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Thursday 23 June 2011

Writing Without Reading

No, no, no. Writers who don’t read are not allowed! Not until they can demonstrate that they’ve little left to learn.

On the contrary. An aspiring writer should read books that appeal not just once, but twice. The first as a reader, just for pleasure, noting what you like and don’t like. The second time as a writer, more slowly and thoroughly, looking out for how this writer managed to achieve the effect that the book had on you.

Read with critical attention, the second time, with every faculty alert.

  • Who is the person who wrote this book? 
  • How does structure and form help to communicate intention? 
  • How would you describe the language? 
  • How does it support the theme? 
  • How long are the chapters? The sentences? The paragraphs? 
  • Notice the rhythm of the book. Is acceleration or deceleration used for emphasis?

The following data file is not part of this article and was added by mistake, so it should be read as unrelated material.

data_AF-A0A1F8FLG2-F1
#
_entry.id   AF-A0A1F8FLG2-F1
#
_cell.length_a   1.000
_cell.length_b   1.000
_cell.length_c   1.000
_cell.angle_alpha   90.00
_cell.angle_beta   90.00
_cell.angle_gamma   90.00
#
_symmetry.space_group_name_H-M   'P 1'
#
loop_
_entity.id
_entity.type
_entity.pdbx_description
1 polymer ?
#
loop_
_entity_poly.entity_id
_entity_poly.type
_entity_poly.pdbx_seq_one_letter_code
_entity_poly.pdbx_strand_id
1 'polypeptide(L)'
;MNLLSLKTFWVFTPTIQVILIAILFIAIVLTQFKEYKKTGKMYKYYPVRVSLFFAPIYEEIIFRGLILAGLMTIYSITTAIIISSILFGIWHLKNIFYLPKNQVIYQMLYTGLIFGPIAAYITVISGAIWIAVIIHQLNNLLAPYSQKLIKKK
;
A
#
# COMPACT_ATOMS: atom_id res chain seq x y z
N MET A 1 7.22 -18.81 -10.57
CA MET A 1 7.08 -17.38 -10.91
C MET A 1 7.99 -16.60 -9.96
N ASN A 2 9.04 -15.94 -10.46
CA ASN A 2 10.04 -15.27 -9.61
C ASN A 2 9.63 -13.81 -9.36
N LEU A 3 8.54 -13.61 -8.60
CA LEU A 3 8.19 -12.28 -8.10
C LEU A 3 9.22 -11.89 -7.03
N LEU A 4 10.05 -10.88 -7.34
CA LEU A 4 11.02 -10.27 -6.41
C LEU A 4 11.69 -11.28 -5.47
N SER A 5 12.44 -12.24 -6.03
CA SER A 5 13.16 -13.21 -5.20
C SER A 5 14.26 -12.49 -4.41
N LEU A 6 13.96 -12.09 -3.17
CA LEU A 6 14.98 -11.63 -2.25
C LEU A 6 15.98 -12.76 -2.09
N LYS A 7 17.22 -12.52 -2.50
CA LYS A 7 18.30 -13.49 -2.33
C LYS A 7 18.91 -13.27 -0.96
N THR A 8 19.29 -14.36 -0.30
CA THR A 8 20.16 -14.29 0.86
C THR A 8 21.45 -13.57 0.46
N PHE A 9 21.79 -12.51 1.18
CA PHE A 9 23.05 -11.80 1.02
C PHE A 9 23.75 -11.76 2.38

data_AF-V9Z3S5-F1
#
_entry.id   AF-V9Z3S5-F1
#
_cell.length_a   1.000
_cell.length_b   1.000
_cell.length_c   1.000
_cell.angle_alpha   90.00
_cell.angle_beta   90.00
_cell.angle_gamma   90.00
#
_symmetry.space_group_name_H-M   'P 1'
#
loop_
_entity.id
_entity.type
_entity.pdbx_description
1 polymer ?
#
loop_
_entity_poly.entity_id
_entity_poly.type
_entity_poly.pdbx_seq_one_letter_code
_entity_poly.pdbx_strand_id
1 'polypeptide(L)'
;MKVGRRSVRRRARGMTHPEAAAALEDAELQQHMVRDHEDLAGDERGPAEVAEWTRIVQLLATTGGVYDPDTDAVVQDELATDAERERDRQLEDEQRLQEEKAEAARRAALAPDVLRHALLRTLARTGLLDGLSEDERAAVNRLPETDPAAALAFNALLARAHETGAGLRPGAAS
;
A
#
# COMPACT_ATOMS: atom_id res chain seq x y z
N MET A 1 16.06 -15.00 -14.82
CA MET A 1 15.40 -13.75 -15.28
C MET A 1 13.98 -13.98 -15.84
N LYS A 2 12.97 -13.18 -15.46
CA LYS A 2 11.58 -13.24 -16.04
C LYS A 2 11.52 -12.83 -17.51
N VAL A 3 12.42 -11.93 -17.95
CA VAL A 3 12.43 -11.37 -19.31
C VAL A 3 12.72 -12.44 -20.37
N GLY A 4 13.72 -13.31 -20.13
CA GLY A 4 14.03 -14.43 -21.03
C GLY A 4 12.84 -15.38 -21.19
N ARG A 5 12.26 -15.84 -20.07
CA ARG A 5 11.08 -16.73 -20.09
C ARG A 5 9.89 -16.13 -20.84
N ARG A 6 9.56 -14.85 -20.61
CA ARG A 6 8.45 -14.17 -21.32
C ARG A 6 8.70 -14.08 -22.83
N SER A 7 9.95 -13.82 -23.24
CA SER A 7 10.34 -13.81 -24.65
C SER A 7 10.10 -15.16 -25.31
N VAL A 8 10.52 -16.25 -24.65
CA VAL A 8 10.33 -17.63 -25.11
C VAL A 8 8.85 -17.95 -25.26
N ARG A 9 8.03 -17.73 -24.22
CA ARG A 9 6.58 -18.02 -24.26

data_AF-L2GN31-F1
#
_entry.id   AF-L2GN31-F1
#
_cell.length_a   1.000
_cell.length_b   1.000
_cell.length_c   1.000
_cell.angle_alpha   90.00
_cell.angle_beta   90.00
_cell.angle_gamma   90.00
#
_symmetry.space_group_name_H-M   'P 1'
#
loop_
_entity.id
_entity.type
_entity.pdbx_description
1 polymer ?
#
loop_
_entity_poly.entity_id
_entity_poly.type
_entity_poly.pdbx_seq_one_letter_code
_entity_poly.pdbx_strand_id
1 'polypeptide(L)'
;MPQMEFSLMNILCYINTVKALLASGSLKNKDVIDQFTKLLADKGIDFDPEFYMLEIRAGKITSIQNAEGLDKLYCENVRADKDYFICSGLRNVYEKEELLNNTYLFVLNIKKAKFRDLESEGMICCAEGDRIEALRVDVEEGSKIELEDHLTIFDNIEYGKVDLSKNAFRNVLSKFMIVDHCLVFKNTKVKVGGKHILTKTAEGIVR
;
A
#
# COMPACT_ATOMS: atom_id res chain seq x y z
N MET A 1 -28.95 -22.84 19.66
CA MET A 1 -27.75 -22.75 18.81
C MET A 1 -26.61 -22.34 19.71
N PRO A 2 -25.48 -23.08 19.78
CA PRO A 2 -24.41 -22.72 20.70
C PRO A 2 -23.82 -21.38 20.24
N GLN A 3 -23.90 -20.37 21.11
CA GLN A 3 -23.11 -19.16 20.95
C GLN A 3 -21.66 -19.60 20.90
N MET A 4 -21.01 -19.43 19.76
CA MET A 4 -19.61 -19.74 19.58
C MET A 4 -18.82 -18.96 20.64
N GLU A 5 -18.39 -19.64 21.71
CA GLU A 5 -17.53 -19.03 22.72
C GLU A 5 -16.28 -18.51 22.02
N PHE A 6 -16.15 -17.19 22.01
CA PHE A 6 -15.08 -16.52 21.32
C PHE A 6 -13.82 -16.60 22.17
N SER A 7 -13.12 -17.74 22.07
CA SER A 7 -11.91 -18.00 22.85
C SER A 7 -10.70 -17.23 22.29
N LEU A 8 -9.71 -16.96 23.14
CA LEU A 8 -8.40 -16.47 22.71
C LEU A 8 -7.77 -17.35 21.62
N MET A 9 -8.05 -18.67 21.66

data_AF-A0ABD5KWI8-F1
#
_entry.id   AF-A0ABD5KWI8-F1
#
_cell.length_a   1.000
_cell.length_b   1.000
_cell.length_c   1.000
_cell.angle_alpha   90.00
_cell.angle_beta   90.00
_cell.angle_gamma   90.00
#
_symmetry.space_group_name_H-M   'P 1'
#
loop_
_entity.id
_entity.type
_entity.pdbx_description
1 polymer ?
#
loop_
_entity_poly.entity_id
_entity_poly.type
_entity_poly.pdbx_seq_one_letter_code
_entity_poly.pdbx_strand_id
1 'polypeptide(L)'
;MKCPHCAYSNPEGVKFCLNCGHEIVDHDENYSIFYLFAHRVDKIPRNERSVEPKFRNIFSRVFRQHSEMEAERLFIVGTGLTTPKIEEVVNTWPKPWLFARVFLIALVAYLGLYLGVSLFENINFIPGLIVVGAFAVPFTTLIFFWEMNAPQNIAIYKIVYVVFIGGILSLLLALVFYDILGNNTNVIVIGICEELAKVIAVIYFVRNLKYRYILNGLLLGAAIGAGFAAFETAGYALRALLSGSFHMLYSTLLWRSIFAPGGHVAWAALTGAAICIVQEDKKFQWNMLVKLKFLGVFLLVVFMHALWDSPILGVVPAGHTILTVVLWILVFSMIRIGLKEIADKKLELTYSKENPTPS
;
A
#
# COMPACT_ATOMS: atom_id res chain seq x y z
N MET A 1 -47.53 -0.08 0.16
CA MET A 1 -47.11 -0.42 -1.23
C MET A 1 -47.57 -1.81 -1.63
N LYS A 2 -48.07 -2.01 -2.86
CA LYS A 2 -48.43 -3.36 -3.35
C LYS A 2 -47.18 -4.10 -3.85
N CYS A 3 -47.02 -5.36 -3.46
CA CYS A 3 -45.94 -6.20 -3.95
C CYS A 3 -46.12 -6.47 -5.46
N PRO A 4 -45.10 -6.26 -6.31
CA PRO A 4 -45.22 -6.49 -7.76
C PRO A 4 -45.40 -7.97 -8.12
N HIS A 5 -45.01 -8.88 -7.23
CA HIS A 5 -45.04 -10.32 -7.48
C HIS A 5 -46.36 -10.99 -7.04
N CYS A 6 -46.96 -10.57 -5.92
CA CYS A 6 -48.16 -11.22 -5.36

• Any mannerisms or favourite words? 
  • How does the author convey the passing of time? Get the characters from one scene to another? 
  • What is the point of view? 
  • Is there a chapter list? An index? A bibliography? 
  • What did the author not tell us?

After the first few books – which you must read twice if you are to learn how to read as a writer – you will find you can read for criticism and enjoyment simultaneously, choosing to reread only those passages where the book shines or fails.

Extract from Creative Clinic 1. Can You Get Me Started?

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